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" Millions of spiritual creatures walk the earth Unseen, both when we wake, and when we sleep. All these with ceaseless praise his works behold Both day and night... "
The Kilmarnock mirror, and literary gleaner - Page 92
1819
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The English Reader: Or, Pieces in Prose and Poetry, Selected from the Best ...

Lindley Murray - English language - 1816 - 326 pages
...not in vain ; nor think, though men were none, That heav'n would want spectators, God want praise : Millions of spiritual creatures walk the earth Unseen, both when we wake, and when we sleep. All these witty ceaseless praise his works behold, Both day and night. How often, from the steep Of echoing hill...
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The Triangle

Samuel Whelpley - Antinomianism - 1816 - 362 pages
...spurt with the laws of reason, I was surprised at what I saw, and recollected the words of the poet : " Millions of spiritual creatures walk the earth Unseen, both when we wake, and when we sleep." At that moment tr.y curiosity was awakened to know whether I had not one of these aerial attendants...
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The beauties of The Spectator 2nd ed., revised and enlarged with The vision ...

Spectator The - 1816 - 372 pages
...following passage. Nor think, though men were none, That heaven would want spectators, God want praise : Millions of spiritual creatures walk the earth Unseen , both when we wake and when we deep; All these with ceaseless praise his works behold Both day and night. How often from the steep...
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A Key to the Exercises Adapted to Murray's English Grammar: Calculated to ...

Lindley Murray - English language - 1816 - 186 pages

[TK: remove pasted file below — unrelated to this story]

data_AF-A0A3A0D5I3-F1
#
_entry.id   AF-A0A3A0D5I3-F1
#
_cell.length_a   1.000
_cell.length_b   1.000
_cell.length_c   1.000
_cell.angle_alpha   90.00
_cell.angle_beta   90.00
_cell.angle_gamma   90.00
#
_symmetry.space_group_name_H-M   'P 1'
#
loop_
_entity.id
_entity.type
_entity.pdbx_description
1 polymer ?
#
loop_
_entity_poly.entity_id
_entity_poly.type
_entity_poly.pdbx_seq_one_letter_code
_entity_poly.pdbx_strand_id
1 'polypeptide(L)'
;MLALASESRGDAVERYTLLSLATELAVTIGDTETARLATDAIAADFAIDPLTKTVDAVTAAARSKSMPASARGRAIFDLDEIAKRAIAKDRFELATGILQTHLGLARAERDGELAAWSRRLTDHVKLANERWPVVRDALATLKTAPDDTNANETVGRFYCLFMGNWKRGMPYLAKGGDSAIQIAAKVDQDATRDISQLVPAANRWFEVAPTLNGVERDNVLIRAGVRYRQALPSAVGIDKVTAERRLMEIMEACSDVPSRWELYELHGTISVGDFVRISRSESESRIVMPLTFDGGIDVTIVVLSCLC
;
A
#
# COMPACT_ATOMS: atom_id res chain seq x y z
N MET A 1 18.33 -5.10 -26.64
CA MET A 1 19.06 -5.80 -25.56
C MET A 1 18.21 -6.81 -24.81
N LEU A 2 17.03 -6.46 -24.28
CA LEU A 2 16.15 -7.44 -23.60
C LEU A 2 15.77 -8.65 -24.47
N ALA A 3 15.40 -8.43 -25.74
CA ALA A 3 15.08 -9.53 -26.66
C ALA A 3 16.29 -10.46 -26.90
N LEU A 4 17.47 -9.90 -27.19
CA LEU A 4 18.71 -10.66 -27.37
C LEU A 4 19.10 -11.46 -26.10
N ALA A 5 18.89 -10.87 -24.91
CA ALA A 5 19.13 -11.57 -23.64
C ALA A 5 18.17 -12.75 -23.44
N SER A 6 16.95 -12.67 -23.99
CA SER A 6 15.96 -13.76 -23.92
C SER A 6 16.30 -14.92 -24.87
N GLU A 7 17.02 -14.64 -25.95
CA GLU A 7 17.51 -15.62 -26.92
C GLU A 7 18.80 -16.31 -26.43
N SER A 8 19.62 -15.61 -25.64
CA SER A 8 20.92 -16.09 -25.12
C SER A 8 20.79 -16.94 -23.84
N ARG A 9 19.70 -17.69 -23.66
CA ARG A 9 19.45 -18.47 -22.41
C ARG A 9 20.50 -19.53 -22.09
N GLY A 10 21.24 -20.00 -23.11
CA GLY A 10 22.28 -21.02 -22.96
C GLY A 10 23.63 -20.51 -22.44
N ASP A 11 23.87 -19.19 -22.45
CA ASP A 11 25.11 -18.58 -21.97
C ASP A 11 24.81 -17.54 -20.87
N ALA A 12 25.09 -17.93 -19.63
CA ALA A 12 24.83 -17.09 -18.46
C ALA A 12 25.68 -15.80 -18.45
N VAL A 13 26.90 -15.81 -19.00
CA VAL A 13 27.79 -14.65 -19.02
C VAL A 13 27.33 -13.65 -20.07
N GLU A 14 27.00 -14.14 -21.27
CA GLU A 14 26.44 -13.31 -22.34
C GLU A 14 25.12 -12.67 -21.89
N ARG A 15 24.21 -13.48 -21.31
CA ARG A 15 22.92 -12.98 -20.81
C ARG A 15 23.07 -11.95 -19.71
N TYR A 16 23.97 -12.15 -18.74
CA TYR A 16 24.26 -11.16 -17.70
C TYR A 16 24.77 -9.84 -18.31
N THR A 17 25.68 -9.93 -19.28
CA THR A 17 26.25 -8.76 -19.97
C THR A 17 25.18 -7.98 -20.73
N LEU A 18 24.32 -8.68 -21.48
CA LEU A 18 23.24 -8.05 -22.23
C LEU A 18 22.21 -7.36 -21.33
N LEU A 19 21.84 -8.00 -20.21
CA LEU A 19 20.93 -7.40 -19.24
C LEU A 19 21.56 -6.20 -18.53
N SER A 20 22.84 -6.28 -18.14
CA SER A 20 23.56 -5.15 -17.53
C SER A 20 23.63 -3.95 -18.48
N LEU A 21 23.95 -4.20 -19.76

...not dully. The silent stranger stood amaz'd to see Contempt of wealth, and wilful poverty. RULE VII. All these with ceaseless praise his works behold, Both day and night. In all our reasonings, our minds should be sincerely employed in the pursuit of truth. Rude behaviour,...
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The English Reader, Or, Pieces in Prose and Poetry: Selected from the Best ...

Lindley Murray - English literature - 1819 - 264 pages
...not in vain ; nor think, though men were none. That heav'n would want spectators, God want praise • Millions of spiritual creatures walk the earth Unseen...How often from the steep Of echoing hill or thicket hare we heard Celestial voices to the midnight air, Sole or responsive each to others' note, Singing...
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The British essayists; to which are prefixed prefaces by J. Ferguson, Volume 37

British essayists - 1819 - 370 pages
...passage : — Nor think, though men were none, That heav'n would want spectators, God want praise : Millions of spiritual creatures walk the earth Unseen,...Celestial voices to the midnight air, Sole, or responsive each to other's note, Singing their great Creator? Oft in bands, While they keep watch, or nightly...
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The American Orator, Or, Elegant Extracts in Prose and Poetry: Comprehending ...

Increase Cooke - American literature - 1819 - 494 pages
...not in vain ; nor think though men were none, That heaven would want spectators, God want praise'. Millions of spiritual creatures walk the earth Unseen,...Celestial voices to the midnight air, Sole, or responsive each to others' note, Singing their great Creator ? Oft in bands, While they keep watch, or nightly...
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An English Grammar: Comprehending the Principles and Rules of the ..., Volume 1

Lindley Murray - English language - 1819 - 716 pages
...30. The warmth of disputation, destroys that sedateness of mind which is necessary to discover truth. All these with ceaseless praise his works behold, Both day and night. In all our reasonings, our mind should be tincerely employed in the pursuit of truth. Rude behaviour,...
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Paradise Lost: A Poem, in Twelve Books

John Milton - Fall of man - 1820 - 340 pages
...Shine not in vain ; nor think, tho' men were none, That Heav'n would want spectators, God want praise. Millions of spiritual creatures walk the earth Unseen,...behold Both day and night. How often from the steep 680 Of echoing hill or thicket have we heard Celestial voices to the midnight air, Sole, or responsive...
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Select Works of the British Poets: With Biographical and Critical ..., Volume 1

John Aikin - English poetry - 1820 - 832 pages
...not in vain ; nor think, though men were none, That Heaven would want spectators, God want praise: : bow often from the steep Of echoing hill or thicket have we heard Celestial voices to the midnight...
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